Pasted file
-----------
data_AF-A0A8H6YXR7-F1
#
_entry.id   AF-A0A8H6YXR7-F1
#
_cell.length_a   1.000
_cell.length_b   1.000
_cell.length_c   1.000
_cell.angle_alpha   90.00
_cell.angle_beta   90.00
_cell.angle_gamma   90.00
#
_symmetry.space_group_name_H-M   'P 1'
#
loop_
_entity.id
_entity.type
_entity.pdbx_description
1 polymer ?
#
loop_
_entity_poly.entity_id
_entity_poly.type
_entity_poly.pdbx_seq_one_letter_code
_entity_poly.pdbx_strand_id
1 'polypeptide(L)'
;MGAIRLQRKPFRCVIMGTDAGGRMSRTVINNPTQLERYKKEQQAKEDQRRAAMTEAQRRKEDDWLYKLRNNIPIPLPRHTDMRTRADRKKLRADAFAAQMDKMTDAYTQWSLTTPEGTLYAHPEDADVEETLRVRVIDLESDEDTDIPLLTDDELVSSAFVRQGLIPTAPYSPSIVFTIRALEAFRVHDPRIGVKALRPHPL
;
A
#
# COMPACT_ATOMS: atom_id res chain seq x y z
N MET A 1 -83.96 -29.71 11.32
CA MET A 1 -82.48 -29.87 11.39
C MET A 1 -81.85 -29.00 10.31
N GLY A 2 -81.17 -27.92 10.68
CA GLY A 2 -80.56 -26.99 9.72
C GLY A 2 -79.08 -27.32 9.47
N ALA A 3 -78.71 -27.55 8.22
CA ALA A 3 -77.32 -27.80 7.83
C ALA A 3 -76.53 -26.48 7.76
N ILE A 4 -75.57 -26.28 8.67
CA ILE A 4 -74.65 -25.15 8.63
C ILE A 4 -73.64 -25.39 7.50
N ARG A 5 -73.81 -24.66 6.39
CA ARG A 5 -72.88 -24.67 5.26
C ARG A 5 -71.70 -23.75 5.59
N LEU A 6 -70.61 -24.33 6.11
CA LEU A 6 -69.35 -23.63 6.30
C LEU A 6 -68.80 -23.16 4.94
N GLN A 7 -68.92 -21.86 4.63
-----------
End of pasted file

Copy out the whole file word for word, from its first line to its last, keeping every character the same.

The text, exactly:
data_AF-A0A8H6YXR7-F1
#
_entry.id   AF-A0A8H6YXR7-F1
#
_cell.length_a   1.000
_cell.length_b   1.000
_cell.length_c   1.000
_cell.angle_alpha   90.00
_cell.angle_beta   90.00
_cell.angle_gamma   90.00
#
_symmetry.space_group_name_H-M   'P 1'
#
loop_
_entity.id
_entity.type
_entity.pdbx_description
1 polymer ?
#
loop_
_entity_poly.entity_id
_entity_poly.type
_entity_poly.pdbx_seq_one_letter_code
_entity_poly.pdbx_strand_id
1 'polypeptide(L)'
;MGAIRLQRKPFRCVIMGTDAGGRMSRTVINNPTQLERYKKEQQAKEDQRRAAMTEAQRRKEDDWLYKLRNNIPIPLPRHTDMRTRADRKKLRADAFAAQMDKMTDAYTQWSLTTPEGTLYAHPEDADVEETLRVRVIDLESDEDTDIPLLTDDELVSSAFVRQGLIPTAPYSPSIVFTIRALEAFRVHDPRIGVKALRPHPL
;
A
#
# COMPACT_ATOMS: atom_id res chain seq x y z
N MET A 1 -83.96 -29.71 11.32
CA MET A 1 -82.48 -29.87 11.39
C MET A 1 -81.85 -29.00 10.31
N GLY A 2 -81.17 -27.92 10.68
CA GLY A 2 -80.56 -26.99 9.72
C GLY A 2 -79.08 -27.32 9.47
N ALA A 3 -78.71 -27.55 8.22
CA ALA A 3 -77.32 -27.80 7.83
C ALA A 3 -76.53 -26.48 7.76
N ILE A 4 -75.57 -26.28 8.67
CA ILE A 4 -74.65 -25.15 8.63
C ILE A 4 -73.64 -25.39 7.50
N ARG A 5 -73.81 -24.66 6.39
CA ARG A 5 -72.88 -24.67 5.26
C ARG A 5 -71.70 -23.75 5.59
N LEU A 6 -70.61 -24.33 6.11
CA LEU A 6 -69.35 -23.63 6.30
C LEU A 6 -68.80 -23.16 4.94
N GLN A 7 -68.92 -21.86 4.63